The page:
An inquest is to be held into the death of a marketing manager from a heart attack after a paramedic refused to administer drugs.
The family of Grahame Giles, 61, was not told that Brian Jewers who worked for the North East Ambulance Service (NEAS) was struck off following the incident in 2008.
His widow Marion, now 66, and from Warkworth, Northumberland, was only informed about what happened following an investigation by Sky News.
She was unaware that Mr Jewers had refused to administer drugs and that doctors believed her husband may have otherwise survived.
She was also not told that a hearing of the Health Professions Council (HPC) had been held and that Mr Jewers had been struck off.
The HPC was told the paramedic refused a doctor's instruction over the phone to give the clot-busting treatment as he said he had not passed his final exam in administering the drug.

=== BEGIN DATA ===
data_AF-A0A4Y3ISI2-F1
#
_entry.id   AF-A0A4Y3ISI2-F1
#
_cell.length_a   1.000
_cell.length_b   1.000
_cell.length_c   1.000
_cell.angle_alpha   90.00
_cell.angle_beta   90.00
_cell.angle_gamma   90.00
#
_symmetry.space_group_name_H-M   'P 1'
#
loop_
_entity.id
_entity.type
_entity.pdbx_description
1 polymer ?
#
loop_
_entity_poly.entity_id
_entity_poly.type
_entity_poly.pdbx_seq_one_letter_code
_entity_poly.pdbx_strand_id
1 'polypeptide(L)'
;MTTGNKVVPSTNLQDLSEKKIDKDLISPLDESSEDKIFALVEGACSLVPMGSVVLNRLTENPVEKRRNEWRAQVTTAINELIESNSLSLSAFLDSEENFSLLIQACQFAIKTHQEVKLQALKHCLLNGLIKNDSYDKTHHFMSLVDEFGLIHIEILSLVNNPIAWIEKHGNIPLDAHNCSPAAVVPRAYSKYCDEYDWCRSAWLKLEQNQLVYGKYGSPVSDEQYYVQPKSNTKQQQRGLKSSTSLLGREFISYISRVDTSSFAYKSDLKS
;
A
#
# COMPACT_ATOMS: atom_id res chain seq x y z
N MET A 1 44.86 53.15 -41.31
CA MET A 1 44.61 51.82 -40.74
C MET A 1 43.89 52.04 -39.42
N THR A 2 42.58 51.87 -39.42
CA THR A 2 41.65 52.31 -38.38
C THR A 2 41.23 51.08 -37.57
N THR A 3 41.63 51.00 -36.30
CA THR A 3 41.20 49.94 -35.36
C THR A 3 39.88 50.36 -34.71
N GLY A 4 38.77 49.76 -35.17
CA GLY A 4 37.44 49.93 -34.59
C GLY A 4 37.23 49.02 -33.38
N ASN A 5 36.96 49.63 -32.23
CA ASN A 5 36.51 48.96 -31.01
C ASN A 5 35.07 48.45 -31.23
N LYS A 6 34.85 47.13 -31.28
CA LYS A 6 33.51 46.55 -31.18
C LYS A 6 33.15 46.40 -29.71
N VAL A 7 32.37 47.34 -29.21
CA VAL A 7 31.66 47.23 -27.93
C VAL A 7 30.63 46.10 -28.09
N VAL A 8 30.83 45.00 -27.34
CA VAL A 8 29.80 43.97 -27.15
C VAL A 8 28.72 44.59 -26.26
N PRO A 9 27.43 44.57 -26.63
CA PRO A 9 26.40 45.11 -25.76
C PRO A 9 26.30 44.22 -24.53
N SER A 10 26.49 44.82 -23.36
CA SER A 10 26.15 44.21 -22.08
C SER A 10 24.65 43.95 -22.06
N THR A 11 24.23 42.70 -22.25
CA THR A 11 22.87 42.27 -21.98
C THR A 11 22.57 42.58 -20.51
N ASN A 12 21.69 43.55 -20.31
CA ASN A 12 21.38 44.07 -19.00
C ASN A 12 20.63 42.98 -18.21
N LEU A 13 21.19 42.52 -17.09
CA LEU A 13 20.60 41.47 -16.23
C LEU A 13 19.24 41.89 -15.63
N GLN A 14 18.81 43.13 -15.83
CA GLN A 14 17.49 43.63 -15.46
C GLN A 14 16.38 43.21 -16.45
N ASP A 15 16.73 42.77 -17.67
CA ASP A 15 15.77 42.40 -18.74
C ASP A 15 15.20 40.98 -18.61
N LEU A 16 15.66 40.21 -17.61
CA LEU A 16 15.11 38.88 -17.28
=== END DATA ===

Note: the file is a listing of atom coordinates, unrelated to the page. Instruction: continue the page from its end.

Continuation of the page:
The North Northumberland Coroner, Tony Brown, agreed to hold an inquest into Mr Giles's death when the issue came to light in 2011.
His predecessor did not order that an inquest should be held because he was not aware of all the facts of the case.
When the issue came to light, Mrs Giles, a grandmother, said: "It's criminal really, that all this went on, hidden, and they didn't have the guts to tell me and to be honest about what had happened. It's left me horrified to think that I'd put my trust in medical staff and now it's made me feel they've let me down, they haven't told me the truth and it's very hurtful.''
A Department of Health spokesman said at the time it was "completely unacceptable for relatives not to be informed when a mistake, error or unprofessional behaviour has caused serious harm to a loved one".